For my first full day in Phnom Penh I decided to hit up the spots that most visitors to the city pass through, including the Royal Palace, the National Museum, Wat Phnom, the Russian Market and the Tuol Sleng Genocide museum. And while touring the city on foot is certainly doable, I decided to hire a tuktuk – a four-wheel, shaded cart hooked onto a motorcycle – for the day to avoid becoming roadkill on Phnom Penh’s busy streets, which could best be described as ordered chaos. (Click on the photo to the left to be taken directly to my Flickr photoset)

When I first arrived here, I was struck at just how many motorcyclists there were in the city as they swarmed around and sped past the lumbering van that picked me up from the airport like schools of fish around a large, slow whale. Motorcyclists and drivers alike are not afraid to go against traffic and edge into busy intersections where motorcyles and other vehicles meet you head on. There are traffic signals, but, based on the number of people who actually stop, they are more of a suggestion than a command; if you can make it without killing anyone, go for it! Luckily, I got a good driver, Mr. Black, who knew his way around the city and who was an assertive and fearless driver.

The Royal Palace

The Royal Palace in Phnom Penh is the center of royalty for the kingdom of Cambodia and was my first stop on my day-long adventure. I had seen pictures of the palace in guidebooks and on the Interwebz, but seeing the majestic and boldly colored buildings and manicured grounds was nothing short of spectacular. Some parts of the palace are closed off to the public, but what can be seen is still worth the visit. It’s also a good spot to run into other tourists, who you can pick out because of their hiking boots and Lonely Planet guides. One thing I’ve noticed in my short time in Phnom Penh is that the tourists/aid workers that it attracts are very friendly, worldly and socially conscious individuals. That includes an NGO worker from Belgium who I met at the Royal Palace. He said that he and his girlfriend worked for an NGO in Siem Riep and were, like me, planning on seeing the sights in addition to continuing their work in the city.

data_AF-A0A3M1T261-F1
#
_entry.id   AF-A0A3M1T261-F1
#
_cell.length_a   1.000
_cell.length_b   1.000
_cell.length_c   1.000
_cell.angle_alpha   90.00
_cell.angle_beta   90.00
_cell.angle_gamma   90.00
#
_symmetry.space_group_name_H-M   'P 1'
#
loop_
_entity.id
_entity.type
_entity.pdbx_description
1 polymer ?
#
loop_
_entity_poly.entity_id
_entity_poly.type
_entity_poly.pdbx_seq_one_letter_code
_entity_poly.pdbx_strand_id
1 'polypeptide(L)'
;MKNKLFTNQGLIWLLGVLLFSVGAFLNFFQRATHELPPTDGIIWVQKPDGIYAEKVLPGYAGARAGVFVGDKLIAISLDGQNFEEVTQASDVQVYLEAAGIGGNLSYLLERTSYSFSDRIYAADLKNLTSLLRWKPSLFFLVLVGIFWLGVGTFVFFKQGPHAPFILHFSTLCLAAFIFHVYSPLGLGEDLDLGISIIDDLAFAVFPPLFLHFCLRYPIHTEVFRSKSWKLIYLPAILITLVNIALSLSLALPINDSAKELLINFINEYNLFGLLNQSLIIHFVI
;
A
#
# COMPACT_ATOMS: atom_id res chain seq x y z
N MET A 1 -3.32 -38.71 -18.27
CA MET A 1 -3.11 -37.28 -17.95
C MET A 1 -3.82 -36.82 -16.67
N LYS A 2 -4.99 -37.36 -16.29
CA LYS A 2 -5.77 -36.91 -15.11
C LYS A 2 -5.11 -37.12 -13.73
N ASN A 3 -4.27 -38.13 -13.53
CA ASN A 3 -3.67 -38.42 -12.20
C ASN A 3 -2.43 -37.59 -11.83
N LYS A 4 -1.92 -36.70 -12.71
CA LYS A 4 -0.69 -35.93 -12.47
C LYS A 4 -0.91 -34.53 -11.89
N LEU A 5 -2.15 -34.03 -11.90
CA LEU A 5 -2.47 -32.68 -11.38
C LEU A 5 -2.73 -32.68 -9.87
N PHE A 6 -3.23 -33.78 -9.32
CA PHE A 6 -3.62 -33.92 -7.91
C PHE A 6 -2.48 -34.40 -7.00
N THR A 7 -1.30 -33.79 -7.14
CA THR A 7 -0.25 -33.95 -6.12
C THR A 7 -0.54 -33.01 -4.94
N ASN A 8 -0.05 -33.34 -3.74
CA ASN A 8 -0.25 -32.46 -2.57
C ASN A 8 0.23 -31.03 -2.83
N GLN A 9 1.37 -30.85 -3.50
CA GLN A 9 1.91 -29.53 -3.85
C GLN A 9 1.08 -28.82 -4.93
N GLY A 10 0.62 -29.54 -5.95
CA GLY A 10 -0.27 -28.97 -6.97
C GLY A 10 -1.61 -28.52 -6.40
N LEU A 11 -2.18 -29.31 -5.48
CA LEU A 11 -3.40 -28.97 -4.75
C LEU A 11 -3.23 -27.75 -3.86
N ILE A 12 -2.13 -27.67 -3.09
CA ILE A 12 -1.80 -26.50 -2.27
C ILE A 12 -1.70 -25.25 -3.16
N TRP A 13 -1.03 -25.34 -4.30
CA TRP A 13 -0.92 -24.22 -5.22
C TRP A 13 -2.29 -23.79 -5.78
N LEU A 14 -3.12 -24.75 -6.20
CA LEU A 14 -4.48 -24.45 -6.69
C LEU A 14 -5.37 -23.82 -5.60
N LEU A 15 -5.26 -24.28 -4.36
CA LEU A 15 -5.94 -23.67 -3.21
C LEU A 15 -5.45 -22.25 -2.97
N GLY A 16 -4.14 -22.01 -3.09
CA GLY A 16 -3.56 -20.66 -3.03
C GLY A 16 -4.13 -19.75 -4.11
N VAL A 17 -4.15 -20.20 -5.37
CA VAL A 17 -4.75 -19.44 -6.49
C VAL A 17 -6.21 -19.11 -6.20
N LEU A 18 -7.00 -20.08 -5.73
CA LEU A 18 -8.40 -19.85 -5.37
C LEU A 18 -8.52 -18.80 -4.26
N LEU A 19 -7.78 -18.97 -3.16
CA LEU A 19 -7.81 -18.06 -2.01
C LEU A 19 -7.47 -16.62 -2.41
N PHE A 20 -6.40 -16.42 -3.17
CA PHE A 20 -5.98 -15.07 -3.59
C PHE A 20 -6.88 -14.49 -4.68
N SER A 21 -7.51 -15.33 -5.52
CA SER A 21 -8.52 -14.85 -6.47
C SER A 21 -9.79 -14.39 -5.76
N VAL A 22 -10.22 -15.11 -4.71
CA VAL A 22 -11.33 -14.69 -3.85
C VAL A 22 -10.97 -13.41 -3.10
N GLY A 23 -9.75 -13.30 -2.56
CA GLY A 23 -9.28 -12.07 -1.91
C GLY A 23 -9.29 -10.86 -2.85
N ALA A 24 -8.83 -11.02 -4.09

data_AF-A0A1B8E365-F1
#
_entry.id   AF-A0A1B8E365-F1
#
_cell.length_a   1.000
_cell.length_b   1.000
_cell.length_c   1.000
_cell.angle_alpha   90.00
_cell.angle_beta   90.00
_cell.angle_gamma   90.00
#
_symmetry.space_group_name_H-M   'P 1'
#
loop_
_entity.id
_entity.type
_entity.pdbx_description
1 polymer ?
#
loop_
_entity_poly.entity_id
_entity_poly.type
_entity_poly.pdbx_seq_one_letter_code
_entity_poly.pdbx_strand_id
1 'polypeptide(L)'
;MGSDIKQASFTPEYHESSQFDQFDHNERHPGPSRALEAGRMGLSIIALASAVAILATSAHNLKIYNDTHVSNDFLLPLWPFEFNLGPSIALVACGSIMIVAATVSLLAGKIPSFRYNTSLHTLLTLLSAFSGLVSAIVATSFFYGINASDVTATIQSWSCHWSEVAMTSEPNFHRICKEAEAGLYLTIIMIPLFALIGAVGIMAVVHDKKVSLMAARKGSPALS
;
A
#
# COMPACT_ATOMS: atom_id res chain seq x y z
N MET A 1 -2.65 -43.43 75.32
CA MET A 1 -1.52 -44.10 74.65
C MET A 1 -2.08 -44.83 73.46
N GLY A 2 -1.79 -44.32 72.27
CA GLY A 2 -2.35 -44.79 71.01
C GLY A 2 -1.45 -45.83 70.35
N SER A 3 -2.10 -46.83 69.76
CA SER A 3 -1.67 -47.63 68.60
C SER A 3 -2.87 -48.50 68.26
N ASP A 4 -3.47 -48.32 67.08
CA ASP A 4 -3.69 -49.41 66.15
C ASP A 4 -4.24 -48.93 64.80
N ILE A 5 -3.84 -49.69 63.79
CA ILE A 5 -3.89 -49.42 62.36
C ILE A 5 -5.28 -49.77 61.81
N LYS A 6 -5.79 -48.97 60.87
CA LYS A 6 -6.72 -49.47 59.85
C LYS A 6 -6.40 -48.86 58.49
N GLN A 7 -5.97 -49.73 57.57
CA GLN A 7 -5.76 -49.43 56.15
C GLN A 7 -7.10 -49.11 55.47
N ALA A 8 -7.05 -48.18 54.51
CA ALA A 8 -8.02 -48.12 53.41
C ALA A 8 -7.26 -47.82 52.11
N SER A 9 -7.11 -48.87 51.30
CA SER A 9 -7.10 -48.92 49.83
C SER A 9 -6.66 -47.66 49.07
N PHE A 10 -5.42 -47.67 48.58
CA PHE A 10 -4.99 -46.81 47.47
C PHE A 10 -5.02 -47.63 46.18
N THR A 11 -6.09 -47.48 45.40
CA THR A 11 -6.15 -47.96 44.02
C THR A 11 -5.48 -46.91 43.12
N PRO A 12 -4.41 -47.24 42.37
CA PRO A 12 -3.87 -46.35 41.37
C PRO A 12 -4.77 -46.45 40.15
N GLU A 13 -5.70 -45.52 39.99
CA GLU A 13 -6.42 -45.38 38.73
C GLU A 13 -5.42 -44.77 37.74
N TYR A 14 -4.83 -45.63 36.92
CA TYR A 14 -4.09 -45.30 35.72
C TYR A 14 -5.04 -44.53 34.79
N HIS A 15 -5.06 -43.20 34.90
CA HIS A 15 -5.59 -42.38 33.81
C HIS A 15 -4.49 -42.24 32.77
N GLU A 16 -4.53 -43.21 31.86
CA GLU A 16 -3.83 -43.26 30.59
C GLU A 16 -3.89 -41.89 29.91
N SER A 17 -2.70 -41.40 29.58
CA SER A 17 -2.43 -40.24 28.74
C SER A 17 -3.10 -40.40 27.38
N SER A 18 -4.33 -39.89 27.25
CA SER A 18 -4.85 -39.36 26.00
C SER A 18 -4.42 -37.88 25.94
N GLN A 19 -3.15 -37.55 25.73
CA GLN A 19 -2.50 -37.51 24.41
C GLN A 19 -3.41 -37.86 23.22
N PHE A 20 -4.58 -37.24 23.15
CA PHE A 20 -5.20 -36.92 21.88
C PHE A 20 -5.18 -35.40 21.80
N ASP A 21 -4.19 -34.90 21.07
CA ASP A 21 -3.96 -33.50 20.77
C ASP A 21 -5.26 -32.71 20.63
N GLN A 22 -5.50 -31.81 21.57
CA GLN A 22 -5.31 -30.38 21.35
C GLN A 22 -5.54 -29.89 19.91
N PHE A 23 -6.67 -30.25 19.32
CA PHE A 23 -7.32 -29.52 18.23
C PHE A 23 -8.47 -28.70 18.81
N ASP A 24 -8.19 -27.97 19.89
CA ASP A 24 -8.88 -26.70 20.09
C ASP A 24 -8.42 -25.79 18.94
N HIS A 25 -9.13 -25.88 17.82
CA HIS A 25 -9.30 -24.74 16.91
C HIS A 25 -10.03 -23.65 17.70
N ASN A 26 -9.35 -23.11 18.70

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The National Museum

The National Museum was my next stop. The building that houses the museum collection wraps around a small courtyard and is very similar in style to the buildings at the Royal Palace. The collection itself hosts a wide variety of stone statues of Buddhist and Hindu deities and thousand-year-old artifacts from Cambodia’s long and storied history.